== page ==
code • words • emotions

Daniel Janus’s blog

Dutch Clojure Days 2022

7 November 2022

It’s a tradition of this blog that I write down impressions on my way back from Amsterdam conferences (addendum a week later: unfortunately I took a flight this time, too short to complete this entry, and it had to wait until I caught up). This time, it was Dutch Clojure Days 2022, my first post-COVID full-size conference and the first DCD I’ve ever been to. And, hopefully, not last. I know I want to come back.

This is in no small part thanks to Carlo Sciolla and the whole organising team of DCD. Y’all absolutely rock! I’d like to extend my (bit-shift-left 1 20) thank yous.

I also loved the friendly, informal, meetup-y, no-ceremony vibe of the event. I felt right at home. The venue resonated with that vibe as well. Cloud Pirates’ space might not be the largest or the fanciest conference room ever, but it felt welcoming: one step from the street and you’re there.

And you listen to the talks!

Nikita Prokopov: Clojure + UI = ❤️

(Did you ever try italicising emoji?)

I’ve been keeping an eye on Nikita’s HumbleUI ever since it was publicly announced, and this talk makes me eager to try it out even more. I do have a use-case in mind (Spleen, my Scrabble engine that predates Leiningen by a few days); I’ve been using cljfx to experiment with an UI so far, but I guess I’ll try HumbleUI as well and see how it fares.

HumbleUI may be in pre-alpha, but it’s already practical: Nikita used it to write a presentation engine for his talk!

Paula Gearon: A Library Reckoning

Did you know that Paula is the person we owe a cross-platform clojure.math to? I had no idea! And I greatly enjoyed this highly technical, low-level talk. I learned more that I probably wanted to know about IEEE-754 and the technicalities of floating-point number crunching in JavaScript. And because of Paula’s hard work, dedication, attention to detail, and working closely with the core CLJS team, the whole community gets to benefit! This is open source at its finest. I’m left with an immense sense of gratitude.

I recall Carin Meier’s keynote from EuroClojure 2016, where she introduces (following David Mumford) four tribes of programmers: explorers, alchemists, wrestlers, and detectives. I think both Paula and I share the trait of being detectives: people who find enjoyment in diving into deep, detailed aspects of programming.


It merits separate attention, as it was one of the best conference lunches I ever had. If you’re in Amsterdam, do treat yourself to some great food at Mediamatic. They’re a lovely, vegan-only, quiet place at the waterside, allowing an escape from the hustle and bustle of the city. They grow their own produce, and the resident cat makes sure that everyone feels comfortable!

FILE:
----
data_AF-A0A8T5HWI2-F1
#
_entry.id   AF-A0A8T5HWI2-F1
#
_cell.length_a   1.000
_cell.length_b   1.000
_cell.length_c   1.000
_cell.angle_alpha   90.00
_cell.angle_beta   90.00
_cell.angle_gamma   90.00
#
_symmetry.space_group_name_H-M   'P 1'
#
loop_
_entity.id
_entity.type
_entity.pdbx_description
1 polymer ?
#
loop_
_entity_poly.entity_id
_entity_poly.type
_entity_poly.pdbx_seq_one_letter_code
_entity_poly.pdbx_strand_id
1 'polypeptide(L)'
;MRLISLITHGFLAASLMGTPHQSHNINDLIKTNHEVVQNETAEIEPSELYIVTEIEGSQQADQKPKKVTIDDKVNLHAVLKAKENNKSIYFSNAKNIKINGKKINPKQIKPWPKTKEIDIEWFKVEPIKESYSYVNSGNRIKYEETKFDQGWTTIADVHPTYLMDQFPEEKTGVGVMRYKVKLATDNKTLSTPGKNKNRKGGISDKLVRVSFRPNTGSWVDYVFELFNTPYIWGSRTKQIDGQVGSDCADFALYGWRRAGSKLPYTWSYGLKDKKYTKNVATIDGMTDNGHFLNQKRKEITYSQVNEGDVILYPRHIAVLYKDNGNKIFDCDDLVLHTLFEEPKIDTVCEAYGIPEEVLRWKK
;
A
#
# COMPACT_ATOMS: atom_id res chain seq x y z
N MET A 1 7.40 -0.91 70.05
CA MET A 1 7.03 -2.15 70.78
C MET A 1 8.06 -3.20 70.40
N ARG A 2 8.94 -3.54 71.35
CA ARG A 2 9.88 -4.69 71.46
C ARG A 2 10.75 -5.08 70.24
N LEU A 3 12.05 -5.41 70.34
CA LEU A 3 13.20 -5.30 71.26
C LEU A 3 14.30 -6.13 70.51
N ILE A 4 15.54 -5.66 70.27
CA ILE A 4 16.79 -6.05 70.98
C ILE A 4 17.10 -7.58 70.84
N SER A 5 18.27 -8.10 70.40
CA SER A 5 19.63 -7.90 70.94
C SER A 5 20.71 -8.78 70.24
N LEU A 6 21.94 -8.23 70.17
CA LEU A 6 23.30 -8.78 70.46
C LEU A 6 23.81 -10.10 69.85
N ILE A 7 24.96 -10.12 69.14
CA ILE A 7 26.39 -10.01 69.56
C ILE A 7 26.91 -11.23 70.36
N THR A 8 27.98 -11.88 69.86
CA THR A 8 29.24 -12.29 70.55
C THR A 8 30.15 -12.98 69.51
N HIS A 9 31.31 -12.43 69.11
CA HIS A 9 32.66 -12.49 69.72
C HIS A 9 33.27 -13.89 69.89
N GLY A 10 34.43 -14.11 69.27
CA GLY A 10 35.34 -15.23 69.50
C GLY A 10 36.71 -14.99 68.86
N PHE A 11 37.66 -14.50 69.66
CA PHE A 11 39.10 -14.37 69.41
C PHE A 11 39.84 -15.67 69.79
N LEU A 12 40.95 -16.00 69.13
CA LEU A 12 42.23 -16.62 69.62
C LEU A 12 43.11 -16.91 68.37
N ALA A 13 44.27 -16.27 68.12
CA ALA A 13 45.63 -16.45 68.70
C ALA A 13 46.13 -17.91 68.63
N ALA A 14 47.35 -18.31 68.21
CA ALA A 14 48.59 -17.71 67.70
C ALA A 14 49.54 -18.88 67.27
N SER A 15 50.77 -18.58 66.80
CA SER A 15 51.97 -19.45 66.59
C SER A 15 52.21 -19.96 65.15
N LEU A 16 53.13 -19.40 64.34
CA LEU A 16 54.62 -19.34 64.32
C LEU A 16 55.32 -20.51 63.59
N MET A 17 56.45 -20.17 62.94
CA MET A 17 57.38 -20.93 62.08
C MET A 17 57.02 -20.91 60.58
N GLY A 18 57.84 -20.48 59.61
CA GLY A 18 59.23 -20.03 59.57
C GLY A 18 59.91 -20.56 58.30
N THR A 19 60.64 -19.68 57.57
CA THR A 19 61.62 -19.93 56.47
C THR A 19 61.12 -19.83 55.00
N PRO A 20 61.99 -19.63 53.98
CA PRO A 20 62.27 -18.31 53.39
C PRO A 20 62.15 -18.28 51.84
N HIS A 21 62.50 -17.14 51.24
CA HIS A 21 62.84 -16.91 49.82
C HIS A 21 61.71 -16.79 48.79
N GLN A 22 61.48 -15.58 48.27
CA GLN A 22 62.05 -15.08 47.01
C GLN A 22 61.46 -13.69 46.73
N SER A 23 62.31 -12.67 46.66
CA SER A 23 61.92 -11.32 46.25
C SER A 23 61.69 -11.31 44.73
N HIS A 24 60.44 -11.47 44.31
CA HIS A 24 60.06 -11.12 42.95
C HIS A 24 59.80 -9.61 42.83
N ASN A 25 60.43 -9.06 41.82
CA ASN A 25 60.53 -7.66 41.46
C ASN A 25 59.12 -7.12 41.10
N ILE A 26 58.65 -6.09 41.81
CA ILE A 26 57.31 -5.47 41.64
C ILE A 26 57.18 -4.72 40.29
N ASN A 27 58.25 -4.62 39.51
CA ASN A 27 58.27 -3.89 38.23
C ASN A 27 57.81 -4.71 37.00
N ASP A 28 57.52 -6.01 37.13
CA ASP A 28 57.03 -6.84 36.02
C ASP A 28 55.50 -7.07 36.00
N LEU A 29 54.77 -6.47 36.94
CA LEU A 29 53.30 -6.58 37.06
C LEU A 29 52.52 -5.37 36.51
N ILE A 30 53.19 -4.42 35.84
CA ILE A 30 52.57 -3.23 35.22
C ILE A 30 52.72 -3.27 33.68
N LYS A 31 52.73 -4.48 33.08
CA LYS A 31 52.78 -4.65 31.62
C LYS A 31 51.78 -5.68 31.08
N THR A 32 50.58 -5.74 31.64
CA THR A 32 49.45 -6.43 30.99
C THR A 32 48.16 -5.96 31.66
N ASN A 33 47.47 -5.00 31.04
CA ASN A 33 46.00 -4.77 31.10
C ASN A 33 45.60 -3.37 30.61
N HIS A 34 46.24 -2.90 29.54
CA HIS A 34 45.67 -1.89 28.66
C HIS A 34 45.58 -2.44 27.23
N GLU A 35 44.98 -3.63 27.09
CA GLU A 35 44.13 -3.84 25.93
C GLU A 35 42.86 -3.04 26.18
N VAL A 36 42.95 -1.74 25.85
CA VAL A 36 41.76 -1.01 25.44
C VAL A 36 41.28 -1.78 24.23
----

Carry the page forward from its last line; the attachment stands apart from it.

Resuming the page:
Lightning talks

Me: Golfing Clojure: Check checker in <280 characters of Clojure

I won’t assess my own lightning talk. (You can check out the slides if you want.) But I did manage to make the audience laugh, and I’m happy.

Brendon Walsh: Sorry For The Convenience: The Importance of Progressive Enhancement

I’ll be honest: I was winding down after my own, so didn’t pay much attention to this one. But it did reiterate a few points from Rich’s spec-ulation talk, and this is always worthwhile.

Adrien Siegfried: tagfl, task analysis generated from lisp

Another winding-down talk for me. The live demo, however, did catch my eye. If I ever find myself needing to generate a task graph, I’ll be back.

Adam Helins: Clojupedia, linking the Clojure ecosystem

Adam has some great ideas about how to make the Clojure library ecosystem more discoverable and annotable. I will keep fingers crossed for Clojupedia, and want to contribute.

Sung-Shik Jongmans: Automated Correctness Analysis for core.async

A reprise from this year’s :clojureD, which I unfortunately missed. But I’m so glad I had a second chance to listen to this talk live. Core.async is notoriously hard to use correctly, which I experienced first-hand while developing Skyscraper. (I ended up abstracting away all message-passing and process construction into a higher-level construct, and then using that to implement the functionality.) But I’ve had my share of debugging deadlocks, and Discourje would have been so much help had I known about it earlier! I’m gonna try it out anyway.

On top of the usefulness, Sung-Shik presented it in a very fun and entertaining way.

Jordan Miller: Got a Guru?

Whoah. I liked a lot of talks at DCD, but if I were to pick up the one highlight of the day, it’d probably be this one. Being a soft talk, it was certainly the most welcome surprise.

I won’t try to summarize it (wait for the recording), but I’ll just say that in addition to having a guru it touched on being a glue person, note-taking, multi-dimensional self-awareness progression, and ASSES (which doesn’t quite mean what you think it does). Lambduh (the number of h’s varies) is either a natural-born presenter or had put in extremely high effort to deliver a show like this. Or both. In any case, I’m in awe.

Michiel Borkent: ClojureScript reimagined

I’m not sure how Borkdude does it, but he’s a relentless deliverer. He wrote and actively maintains I-don’t-know-how-many alternative Clojure runtimes, in addition to clj-kondo and many other projects. This is Fabrice Bellard-level productivity, and I don’t say that lightly.

Anyway, those runtimes together cover a wide range of usecases. With this talk, Michiel adds two for an even wider coverage: Cherry (compiling ClojureScript to ES .mjs modules), and Squint (“a way to write JavaScript with familiar syntax that sort of looks like cljs if you squint”). Clojure is coming to your kettle Real Soon Now!


Great. And wonderful people, too. Party like you’re in Amsterdam.

The bad

I struggle to find anything that I might have disliked! I forgot my water bottle, but I can only blame myself for that. :)